Labels on the main service panel will indicate the presence of a PV system when we can’t find an inverter (photos 6, 7). The labeling may be on the outside or inside of the main panel. What you are looking for is the dedicated breaker for the inverter. It may be labeled “Solar Disconnect” or some variation. This breaker may be in a subpanel inside the structure as well, but there will always be a label on the main electrical panel stating the presence of a second generating source on-site. There may also be labeling along the conduit run (photo 8). The labels may be the only identifiers you will ever see, as the array may not be visible and the inverter may be in the fire. This makes securing the electrical utilities that much more important. Look for labels!





(8) Photos by author.



On the West Coast, vertical ventilation is one of the truck company’s primary tasks after search. Understandably, this is not true in all areas of the country. The array’s location and size may affect performing a coordinated vertical ventilation operation with the crews on the hoseline inside. Removing modules is unsafe and delays ventilation. Additionally, although the modules can bear the weight of a person, they can be extremely slick if wet, and standing or stepping on them is not recommended. There is no reason for a firefighter to stand on the array.

Regarding ventilation, you must decide the correct site to cut based on fire and building conditions. Once you locate it, though, ensure that you cut only the roofing material. Since the conduit from the array to the inverters may be energized, you want to stay clear of it. Look out for an exterior conduit that runs along the roof; it may be painted the same color as the roofing and be hard to see. It is a serious and definite tripping hazard.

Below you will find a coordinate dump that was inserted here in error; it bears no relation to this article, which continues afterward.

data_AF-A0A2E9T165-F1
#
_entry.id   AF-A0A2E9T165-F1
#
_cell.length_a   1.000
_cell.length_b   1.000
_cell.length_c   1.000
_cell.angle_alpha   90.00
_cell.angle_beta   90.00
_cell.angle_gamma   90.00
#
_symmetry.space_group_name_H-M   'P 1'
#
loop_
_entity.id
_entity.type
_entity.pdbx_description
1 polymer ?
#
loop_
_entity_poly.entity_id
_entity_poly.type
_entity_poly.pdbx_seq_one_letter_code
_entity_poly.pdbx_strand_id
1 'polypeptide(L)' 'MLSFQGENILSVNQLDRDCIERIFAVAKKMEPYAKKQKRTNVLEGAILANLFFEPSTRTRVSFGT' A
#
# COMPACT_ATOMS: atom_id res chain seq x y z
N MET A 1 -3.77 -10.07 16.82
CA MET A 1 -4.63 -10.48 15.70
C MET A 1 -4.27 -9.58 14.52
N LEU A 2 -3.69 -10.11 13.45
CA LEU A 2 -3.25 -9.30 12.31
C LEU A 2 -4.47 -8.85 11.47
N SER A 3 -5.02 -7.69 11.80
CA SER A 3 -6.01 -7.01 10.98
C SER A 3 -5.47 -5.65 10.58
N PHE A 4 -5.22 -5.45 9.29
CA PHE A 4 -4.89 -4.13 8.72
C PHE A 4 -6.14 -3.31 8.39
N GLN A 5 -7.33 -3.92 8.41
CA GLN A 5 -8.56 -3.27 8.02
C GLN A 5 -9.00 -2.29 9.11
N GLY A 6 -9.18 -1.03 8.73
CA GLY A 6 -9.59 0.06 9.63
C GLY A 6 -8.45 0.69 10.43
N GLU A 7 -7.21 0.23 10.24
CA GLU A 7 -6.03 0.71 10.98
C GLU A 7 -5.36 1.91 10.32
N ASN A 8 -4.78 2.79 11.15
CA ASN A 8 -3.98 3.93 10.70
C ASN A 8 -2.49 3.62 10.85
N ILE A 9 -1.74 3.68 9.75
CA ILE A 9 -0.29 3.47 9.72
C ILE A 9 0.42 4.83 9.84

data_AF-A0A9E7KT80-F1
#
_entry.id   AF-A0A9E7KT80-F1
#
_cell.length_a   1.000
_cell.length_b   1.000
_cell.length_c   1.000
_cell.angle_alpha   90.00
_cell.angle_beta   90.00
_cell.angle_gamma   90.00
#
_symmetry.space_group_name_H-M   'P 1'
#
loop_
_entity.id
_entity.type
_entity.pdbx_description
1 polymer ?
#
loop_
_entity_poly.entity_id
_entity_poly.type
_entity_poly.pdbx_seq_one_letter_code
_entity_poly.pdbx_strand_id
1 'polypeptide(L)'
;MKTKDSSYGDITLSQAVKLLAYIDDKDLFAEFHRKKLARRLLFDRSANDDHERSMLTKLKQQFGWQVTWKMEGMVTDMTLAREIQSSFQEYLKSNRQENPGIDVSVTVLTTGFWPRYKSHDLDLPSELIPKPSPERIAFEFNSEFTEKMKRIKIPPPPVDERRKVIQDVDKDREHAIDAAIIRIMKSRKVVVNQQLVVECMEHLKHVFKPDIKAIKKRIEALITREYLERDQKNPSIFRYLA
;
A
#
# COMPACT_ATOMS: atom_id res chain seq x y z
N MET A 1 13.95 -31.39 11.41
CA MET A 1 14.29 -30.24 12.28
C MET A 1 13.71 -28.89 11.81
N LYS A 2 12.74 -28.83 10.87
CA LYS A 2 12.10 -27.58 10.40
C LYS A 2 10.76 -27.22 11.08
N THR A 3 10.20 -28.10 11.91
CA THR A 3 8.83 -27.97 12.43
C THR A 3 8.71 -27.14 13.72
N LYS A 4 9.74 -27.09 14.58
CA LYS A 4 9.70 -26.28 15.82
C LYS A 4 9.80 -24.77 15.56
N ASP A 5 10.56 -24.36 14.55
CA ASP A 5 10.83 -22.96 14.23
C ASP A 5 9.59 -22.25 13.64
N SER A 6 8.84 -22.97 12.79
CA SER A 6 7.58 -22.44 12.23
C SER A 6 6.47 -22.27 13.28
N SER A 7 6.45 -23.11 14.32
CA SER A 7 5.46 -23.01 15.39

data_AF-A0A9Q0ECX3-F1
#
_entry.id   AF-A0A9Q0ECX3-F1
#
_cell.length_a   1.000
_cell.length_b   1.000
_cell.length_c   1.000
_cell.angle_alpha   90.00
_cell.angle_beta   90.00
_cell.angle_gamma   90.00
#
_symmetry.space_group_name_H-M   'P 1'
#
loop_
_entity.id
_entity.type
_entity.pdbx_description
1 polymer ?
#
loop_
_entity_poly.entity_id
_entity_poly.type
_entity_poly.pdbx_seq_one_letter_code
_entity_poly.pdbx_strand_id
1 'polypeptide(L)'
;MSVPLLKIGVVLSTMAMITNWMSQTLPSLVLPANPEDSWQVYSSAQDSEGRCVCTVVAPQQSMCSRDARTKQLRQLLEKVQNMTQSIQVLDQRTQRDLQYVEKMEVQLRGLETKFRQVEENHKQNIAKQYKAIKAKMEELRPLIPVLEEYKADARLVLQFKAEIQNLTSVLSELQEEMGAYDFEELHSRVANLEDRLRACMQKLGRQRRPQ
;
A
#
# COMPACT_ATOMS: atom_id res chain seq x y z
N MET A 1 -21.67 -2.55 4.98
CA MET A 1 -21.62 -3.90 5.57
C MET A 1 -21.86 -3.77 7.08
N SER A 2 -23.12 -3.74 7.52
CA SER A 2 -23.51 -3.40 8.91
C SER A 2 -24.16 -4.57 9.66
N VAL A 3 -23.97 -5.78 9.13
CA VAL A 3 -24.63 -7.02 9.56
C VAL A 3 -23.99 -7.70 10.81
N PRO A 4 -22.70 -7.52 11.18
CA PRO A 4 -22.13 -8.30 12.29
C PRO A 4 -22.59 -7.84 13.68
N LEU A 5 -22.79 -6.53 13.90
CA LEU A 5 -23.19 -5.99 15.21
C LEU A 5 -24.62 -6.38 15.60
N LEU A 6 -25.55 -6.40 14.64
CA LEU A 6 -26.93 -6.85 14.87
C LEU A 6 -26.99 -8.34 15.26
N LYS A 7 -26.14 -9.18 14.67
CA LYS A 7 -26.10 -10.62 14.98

If the conduit run penetrates the attic space, it may or may not be attached to the bottom of the rafters. So it is important that you be skilled in rolling the rafters and keeping your cuts shallow. Don’t cut all the way through, or you may cut the conduit (photos 9-11).

(9) Photo courtesy of Independent Energy Systems.




(11) Photos by Craig Allyn Rose.



If it is a daytime fire and ventilation is not needed or is complete and salvage operations are underway, you can put a tarp over the array. Covering the entire array with a totally opaque material, such as heavy dark canvas tarps or black plastic, will prevent the array from generating electricity (photo 12). Note that blue plastic tarps do not work. The covering material must cover the entire array, including subarrays mounted on other roof pitches or outbuildings. However, even if enough opaque covering materials are available, wind and structural conditions may eliminate this option. But it’s just another tool for you to consider.

(12) Photo by author.

If the conduit is intact, it is still grounded from the array to the inverter, so any wires that may be shorted to it from high heat melting the insulation off the wires inside are not energizing it. It is safe to touch. This is one of the benefits of using a metallic conduit; it acts as a separate ground wire, directing any current to ground. But if there has been any roof collapse, assume that the conduit is no longer grounded; exercise caution, and avoid contact with it.

If the array cannot be tarped, the crews inside must be careful when pulling ceiling, since they may contact the conduit with their hooks. On the West Coast, there is no reason to see metal conduits in an attic space on a residential structure, since Romex is all that is required to be used for typical residential wiring. If I see metal conduit in a residential attic, that’s a red flag that a PV system may be present. Keep in mind that in commercial structures, metallic conduit may be used everywhere.